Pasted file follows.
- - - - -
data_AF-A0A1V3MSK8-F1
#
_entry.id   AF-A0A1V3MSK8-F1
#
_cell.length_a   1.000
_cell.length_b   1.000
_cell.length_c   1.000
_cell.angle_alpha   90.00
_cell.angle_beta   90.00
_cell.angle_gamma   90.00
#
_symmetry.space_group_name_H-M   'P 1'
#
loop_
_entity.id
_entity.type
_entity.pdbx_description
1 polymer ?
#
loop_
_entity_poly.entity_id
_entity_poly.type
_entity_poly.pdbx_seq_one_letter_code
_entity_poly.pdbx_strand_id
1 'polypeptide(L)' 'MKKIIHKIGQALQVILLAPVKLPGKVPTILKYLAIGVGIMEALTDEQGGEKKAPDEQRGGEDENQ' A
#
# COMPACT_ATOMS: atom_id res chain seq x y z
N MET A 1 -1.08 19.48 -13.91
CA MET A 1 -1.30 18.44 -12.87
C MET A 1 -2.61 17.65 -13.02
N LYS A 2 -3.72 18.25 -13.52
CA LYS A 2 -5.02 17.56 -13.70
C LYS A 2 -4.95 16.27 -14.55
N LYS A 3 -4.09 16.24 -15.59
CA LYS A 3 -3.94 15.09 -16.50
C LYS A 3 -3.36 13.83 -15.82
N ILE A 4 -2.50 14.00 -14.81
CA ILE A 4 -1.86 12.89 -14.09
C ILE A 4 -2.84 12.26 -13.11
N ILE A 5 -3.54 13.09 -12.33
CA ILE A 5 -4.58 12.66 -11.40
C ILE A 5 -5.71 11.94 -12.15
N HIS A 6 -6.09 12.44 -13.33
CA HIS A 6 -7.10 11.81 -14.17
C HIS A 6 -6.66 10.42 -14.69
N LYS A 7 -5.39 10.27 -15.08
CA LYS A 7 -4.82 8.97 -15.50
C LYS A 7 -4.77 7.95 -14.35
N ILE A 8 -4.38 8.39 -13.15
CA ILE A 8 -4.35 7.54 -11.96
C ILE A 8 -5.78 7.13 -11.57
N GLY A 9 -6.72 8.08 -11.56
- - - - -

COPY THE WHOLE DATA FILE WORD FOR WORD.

data_AF-A0A1V3MSK8-F1
#
_entry.id   AF-A0A1V3MSK8-F1
#
_cell.length_a   1.000
_cell.length_b   1.000
_cell.length_c   1.000
_cell.angle_alpha   90.00
_cell.angle_beta   90.00
_cell.angle_gamma   90.00
#
_symmetry.space_group_name_H-M   'P 1'
#
loop_
_entity.id
_entity.type
_entity.pdbx_description
1 polymer ?
#
loop_
_entity_poly.entity_id
_entity_poly.type
_entity_poly.pdbx_seq_one_letter_code
_entity_poly.pdbx_strand_id
1 'polypeptide(L)' 'MKKIIHKIGQALQVILLAPVKLPGKVPTILKYLAIGVGIMEALTDEQGGEKKAPDEQRGGEDENQ' A
#
# COMPACT_ATOMS: atom_id res chain seq x y z
N MET A 1 -1.08 19.48 -13.91
CA MET A 1 -1.30 18.44 -12.87
C MET A 1 -2.61 17.65 -13.02
N LYS A 2 -3.72 18.25 -13.52
CA LYS A 2 -5.02 17.56 -13.70
C LYS A 2 -4.95 16.27 -14.55
N LYS A 3 -4.09 16.24 -15.59
CA LYS A 3 -3.94 15.09 -16.50
C LYS A 3 -3.36 13.83 -15.82
N ILE A 4 -2.50 14.00 -14.81
CA ILE A 4 -1.86 12.89 -14.09
C ILE A 4 -2.84 12.26 -13.11
N ILE A 5 -3.54 13.09 -12.33
CA ILE A 5 -4.58 12.66 -11.40
C ILE A 5 -5.71 11.94 -12.15
N HIS A 6 -6.09 12.44 -13.33
CA HIS A 6 -7.10 11.81 -14.17
C HIS A 6 -6.66 10.42 -14.69
N LYS A 7 -5.39 10.27 -15.08
CA LYS A 7 -4.82 8.97 -15.50
C LYS A 7 -4.77 7.95 -14.35
N ILE A 8 -4.38 8.39 -13.15
CA ILE A 8 -4.35 7.54 -11.96
C ILE A 8 -5.78 7.13 -11.57
N GLY A 9 -6.72 8.08 -11.56